The southern part of Jackson offers a good mooring point. You can choose out of several dives, at Jackson Reef you can do superb wall and drift diving with sights of hammerheads, barracudas, jacks, turtles and open ocean fishes, just keep on looking into the blue waters. Fish life is excellent. Strong current that carry divers along the reef bring plenty of nutrients for reef and schooling fish.
When planning this dive your guide will consider that strong currents can be experienced, especially during tidal changes and at the edges of the reef. Pay attention to surface conditions too. Quite often, the outer not protected side of Jackson makes entry to the zodiac or liveaboard a little difficult as it is very exposed
Woodhouse Reef : 1Lying between Jackson and Thomas Reef, Woodhouse Reef is a long, finger-like reef that is perfect for a drift dive along the sheltered eastern side.
The current is usually moderate, but can pick up especially toward the northern channel between Woodhouse and Jackson. Care should be taken not to get pulled around the point here, as you could be swept off the reef into the Strait of Tiran.
Coral cover is excellent throughout the reef. Look for pelagic fish, big tuna and schools of trevally or jacks, fusiliers, snapper, surgeons, sharks and eagle rays in the big blue of the deeper water. A second reef runs parallel to the main reef at a depth of 33 m. There are a few sandy patches at depths of around 20 m where often sleeping nurse, leopard or white-tip sharks can be found.
Thomas Reef : Located between Gordon Reef and Woodhouse Reef, Thomas Reef is the smallest of the four Tiran reefs but probably the most interesting and richest in marine life.
Currents found here can be very strong and will quite often change direction during your dive, especially at the outer edges of the reef. Thomas is usually a drift dive with deep walls fully covered with colourful soft coral, impressive gorgonias and hard corals. In summer look out for hammerheads. In summer Thomas is also good place for shark-watch.
Fish life is also rich - look out for groupers, box and buffer fish. Most of the life, colour and soft corals are in the 18-25 m depth range, so there is no real need to venture beyond this depth. One key feature of Thomas is a deep canyon which is on the east side. The canyon starts at approximately 35 m and extends seaward to well below safe diving depth.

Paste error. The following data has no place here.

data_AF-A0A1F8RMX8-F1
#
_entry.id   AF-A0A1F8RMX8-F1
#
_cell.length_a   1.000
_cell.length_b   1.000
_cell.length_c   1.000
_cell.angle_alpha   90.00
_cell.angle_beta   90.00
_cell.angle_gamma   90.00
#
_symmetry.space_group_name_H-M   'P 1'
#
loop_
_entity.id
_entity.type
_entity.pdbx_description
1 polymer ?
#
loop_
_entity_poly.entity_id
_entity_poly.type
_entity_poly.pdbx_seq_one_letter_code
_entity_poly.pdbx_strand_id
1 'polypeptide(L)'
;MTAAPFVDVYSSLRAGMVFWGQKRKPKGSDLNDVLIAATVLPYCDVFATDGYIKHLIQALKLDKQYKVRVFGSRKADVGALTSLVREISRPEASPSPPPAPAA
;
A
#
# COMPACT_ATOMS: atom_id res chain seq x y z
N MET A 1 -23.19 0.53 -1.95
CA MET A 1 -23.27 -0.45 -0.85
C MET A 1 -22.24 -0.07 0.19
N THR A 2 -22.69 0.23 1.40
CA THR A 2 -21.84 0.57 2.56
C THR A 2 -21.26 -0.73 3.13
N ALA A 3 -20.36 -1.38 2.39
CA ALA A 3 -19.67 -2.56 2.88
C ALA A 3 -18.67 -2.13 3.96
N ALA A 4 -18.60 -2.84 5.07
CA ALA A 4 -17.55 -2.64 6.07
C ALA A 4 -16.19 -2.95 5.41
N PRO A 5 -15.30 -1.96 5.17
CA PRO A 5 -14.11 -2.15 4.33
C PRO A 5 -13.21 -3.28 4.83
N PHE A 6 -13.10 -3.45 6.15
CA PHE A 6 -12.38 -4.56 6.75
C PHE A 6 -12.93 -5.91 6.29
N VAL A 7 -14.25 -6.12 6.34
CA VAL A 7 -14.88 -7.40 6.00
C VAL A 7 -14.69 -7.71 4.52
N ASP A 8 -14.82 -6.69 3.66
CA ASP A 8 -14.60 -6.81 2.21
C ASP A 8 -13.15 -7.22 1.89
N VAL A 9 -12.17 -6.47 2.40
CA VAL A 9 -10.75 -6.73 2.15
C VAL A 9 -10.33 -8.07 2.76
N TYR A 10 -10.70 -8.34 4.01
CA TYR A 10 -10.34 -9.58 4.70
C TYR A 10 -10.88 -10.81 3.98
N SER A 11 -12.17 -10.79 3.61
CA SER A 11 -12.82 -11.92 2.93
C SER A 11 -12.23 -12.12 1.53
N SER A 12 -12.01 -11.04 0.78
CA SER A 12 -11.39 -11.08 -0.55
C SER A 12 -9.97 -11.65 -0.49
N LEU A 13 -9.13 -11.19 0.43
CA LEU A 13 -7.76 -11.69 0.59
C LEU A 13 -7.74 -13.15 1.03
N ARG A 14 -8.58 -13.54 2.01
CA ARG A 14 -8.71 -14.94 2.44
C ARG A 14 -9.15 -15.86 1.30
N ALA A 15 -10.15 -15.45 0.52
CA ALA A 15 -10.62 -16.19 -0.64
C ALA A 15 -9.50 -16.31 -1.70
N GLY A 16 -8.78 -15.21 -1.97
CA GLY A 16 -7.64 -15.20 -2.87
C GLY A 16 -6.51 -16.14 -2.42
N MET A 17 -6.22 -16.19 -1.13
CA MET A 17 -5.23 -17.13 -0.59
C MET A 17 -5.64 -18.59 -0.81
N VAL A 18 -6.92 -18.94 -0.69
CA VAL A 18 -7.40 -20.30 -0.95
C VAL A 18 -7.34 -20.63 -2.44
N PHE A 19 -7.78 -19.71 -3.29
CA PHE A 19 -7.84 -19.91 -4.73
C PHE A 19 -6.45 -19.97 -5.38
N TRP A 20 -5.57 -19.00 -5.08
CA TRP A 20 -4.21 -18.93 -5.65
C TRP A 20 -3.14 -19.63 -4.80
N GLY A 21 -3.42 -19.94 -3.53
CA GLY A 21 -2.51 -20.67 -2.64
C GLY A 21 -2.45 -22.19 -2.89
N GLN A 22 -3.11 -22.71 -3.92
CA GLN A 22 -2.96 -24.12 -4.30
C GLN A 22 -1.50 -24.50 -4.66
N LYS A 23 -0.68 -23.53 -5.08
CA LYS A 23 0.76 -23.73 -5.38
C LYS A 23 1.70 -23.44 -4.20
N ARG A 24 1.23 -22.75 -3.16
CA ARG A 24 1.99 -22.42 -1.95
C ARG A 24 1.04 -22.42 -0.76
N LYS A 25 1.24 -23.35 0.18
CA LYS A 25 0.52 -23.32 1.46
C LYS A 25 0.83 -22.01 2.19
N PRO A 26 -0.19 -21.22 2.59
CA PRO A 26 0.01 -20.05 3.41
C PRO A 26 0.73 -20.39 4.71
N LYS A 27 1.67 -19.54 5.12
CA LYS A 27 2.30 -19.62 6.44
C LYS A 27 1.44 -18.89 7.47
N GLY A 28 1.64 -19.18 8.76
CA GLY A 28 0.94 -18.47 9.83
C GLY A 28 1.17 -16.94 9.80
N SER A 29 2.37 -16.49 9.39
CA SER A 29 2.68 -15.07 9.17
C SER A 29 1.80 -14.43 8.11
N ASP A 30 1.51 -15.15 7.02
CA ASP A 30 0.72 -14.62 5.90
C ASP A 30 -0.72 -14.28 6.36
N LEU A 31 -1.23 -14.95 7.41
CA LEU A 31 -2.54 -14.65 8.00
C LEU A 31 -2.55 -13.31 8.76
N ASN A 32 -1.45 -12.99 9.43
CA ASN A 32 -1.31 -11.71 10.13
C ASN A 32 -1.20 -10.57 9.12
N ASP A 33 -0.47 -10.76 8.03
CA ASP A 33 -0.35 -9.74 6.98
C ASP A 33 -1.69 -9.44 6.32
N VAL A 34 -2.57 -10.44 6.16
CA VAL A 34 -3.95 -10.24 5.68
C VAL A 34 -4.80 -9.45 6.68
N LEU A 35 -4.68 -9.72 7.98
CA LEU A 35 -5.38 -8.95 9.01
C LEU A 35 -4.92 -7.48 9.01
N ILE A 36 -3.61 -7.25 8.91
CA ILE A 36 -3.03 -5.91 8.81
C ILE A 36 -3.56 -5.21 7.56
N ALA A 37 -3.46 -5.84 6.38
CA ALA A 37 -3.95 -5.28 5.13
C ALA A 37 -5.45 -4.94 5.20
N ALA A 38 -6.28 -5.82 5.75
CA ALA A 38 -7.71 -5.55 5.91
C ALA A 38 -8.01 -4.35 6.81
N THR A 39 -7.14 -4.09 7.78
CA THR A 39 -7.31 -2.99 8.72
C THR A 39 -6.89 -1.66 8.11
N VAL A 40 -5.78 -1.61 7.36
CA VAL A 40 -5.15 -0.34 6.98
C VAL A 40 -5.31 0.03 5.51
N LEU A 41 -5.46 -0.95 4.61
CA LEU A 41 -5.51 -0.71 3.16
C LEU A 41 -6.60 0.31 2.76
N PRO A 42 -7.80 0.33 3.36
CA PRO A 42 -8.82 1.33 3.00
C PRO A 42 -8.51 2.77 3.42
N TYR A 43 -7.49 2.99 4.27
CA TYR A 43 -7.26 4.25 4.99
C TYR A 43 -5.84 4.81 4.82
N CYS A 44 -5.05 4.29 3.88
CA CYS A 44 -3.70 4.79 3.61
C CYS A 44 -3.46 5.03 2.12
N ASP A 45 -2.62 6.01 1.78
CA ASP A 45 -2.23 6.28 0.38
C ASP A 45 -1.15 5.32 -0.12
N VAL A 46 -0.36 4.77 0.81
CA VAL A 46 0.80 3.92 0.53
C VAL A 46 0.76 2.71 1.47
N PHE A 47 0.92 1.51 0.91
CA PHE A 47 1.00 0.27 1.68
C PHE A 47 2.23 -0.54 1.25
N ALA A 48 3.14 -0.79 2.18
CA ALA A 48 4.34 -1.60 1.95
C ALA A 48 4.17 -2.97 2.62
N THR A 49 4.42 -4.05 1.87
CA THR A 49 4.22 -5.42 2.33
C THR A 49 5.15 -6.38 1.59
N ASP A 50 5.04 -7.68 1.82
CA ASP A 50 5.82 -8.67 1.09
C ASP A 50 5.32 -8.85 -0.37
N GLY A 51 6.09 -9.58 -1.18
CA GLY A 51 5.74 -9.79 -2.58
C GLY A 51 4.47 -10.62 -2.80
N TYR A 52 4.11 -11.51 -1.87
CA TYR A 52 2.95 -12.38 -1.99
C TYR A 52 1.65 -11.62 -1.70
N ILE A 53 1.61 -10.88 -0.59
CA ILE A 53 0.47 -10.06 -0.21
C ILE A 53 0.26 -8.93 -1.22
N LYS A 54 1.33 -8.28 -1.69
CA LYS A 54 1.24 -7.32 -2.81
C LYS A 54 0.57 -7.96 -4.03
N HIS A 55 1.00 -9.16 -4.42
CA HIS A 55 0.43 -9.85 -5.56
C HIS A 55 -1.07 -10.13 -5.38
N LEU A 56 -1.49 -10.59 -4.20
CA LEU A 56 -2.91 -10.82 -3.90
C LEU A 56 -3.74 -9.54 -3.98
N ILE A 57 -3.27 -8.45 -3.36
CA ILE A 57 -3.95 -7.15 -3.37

At the north-eastern corner of the reef you may come upon a very strong counter current. If you can get past this point and sea conditions are excellent, you can go around the entire reef.
Gordon Reef : Gordon Reef is the most southerly reef in the chain. It is easy to identify as marked by the wreck of the "Loullia", a large cargo ship that grounded in 1981. The wreck is by now a typical symbol of the reef, despite the lighthouse situated on the western side.
Boats usually stay at the well sheltered southern part. Here a coral garden starts at 6-8 m depth which gently slopes to the south and form a large plateau covered with coral heads, huge moray eels, triggerfish, a large napoleon, schools of surgeons and parrotfish.
At the "Amphitheatre" also named "Shark Pool" a variety of shark species can be seen sleeping on the sandy bottom. Another dive is to the drop-off on the east side of the reef, covered with many fan and soft corals.
Open ocean fish can often be seen in the blue waters around the reef. Look to the deeper water for passing eagle rays and white-tip reef sharks. Continuing to a more sandy area at 12-20 m metal containers and lots of small coral heads can be seen. Further north another sandy patch - home to a colony of garden eels.